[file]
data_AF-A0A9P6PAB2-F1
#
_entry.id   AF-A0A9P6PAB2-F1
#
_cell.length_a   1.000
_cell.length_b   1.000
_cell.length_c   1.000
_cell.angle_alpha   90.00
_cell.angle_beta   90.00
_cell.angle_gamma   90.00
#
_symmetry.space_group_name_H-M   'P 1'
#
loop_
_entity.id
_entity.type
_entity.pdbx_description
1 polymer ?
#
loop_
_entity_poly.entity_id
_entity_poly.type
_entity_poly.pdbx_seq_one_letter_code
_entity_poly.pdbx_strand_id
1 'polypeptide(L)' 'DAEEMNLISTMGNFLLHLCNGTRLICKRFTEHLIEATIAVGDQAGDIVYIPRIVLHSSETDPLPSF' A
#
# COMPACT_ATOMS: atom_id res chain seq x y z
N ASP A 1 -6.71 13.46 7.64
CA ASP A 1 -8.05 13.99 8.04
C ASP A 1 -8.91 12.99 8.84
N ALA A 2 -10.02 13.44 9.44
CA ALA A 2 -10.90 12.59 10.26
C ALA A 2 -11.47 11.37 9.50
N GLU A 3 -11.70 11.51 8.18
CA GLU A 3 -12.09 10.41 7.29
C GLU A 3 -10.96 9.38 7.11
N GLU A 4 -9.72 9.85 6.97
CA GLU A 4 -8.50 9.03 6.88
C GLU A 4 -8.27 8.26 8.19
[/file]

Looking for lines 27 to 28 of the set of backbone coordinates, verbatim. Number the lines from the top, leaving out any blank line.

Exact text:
# COMPACT_ATOMS: atom_id res chain seq x y z
N ASP A 1 -6.71 13.46 7.64